Great post from Brian Lam (through MG Siegler):
Happiness is the most important metric in personal tech. If it improves lives, it is important. I’ve always suspected that sitting around on the internet was a sort of rot, but I had no proof until I read this piece on the Stanford study. … People think I’m crazy for complaining about tech news and how stupid and boring the mass media internet has become, but I think they’re wrong. And I think most are writing about the wrong things.
If you are unfamiliar, Brian Lam was the Editorial Directory for gadget site Gizmodo before retiring mid-2011. He has tons of experience with this problem.
He’s right, of course. I have been guilty of this myself from time to time, caring more about my online reputation than the impact I’m having, and even wrote about it and made some significant personal changes last July.
I am 38 now with two young daughters (5 and 3). I have been watching a steady stream of my biggest influencers die over the past six years. The passage of time is only accelerating and it is time I can’t get back. So I made some decisions before the New Year.
I haven’t been happy with my health so I decided to do something about it. I have been going to the gym almost every day.
I have cut back on my hours working in front of the computer. By nature I am a work-aholic so put me in a start-up situation and I literally will work until I pass out, I’ll dream about work and then rest just long enough to start again. I can’t keep that pace up anymore and am working hard to be more efficient with my time so I can get my work done.
In connection I am giving myself more time to think about this business and the impact technology has on it, part of why I am writing more than ever before. I am also trying to stay focused on writing about the things I care about and things I think you should care about, things that might help your business, and caring less about finding new people to read my work.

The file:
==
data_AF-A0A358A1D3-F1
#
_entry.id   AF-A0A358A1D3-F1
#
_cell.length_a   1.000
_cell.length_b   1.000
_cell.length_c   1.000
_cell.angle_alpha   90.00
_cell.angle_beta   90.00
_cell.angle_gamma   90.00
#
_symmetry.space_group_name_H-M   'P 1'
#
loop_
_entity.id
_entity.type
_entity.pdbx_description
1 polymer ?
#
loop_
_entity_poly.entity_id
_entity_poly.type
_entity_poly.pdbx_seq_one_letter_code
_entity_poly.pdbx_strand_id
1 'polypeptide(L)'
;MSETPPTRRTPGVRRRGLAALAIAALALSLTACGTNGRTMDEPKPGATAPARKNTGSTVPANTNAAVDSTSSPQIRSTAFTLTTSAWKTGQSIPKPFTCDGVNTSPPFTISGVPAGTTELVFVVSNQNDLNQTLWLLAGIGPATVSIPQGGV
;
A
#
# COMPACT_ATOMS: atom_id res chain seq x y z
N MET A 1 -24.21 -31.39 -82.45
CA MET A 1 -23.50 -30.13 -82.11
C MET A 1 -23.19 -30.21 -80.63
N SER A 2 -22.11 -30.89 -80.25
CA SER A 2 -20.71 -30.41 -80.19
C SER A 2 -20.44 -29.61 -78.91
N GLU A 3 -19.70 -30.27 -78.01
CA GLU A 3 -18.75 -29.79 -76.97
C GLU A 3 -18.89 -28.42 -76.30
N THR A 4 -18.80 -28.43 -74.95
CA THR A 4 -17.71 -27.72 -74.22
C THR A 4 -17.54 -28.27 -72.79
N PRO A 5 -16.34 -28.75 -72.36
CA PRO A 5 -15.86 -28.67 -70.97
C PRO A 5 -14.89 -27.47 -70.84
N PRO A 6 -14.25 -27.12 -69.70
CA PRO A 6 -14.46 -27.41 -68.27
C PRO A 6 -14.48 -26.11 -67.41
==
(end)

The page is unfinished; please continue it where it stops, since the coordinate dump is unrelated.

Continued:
I still read a lot but have cut down on the minutia of tech, trying to keep my reading focused on bigger and broader themes about the world, tech and business. I am reading less news — giving myself permission to skim — and reading more books.
And most important I am trying hard to take time for my daughters. We eat dinner as a family almost every night where we always discuss the days’ events. The weekend mornings are for me and my girls, too. We make breakfast together and talk a while and play a little. I hope this is a foundation I can keep in place as they get older. I have an open door policy here in my home office. The girls can come in and talk to me any time during the day and I often take breaks to check on them.
I know that this mentality doesn’t jive with starting (or re-starting) a business. But I’ve never believed in conventional wisdom anyway so I’m not about to start now. Here’s hoping I have the strength to keep with these much healthier practices.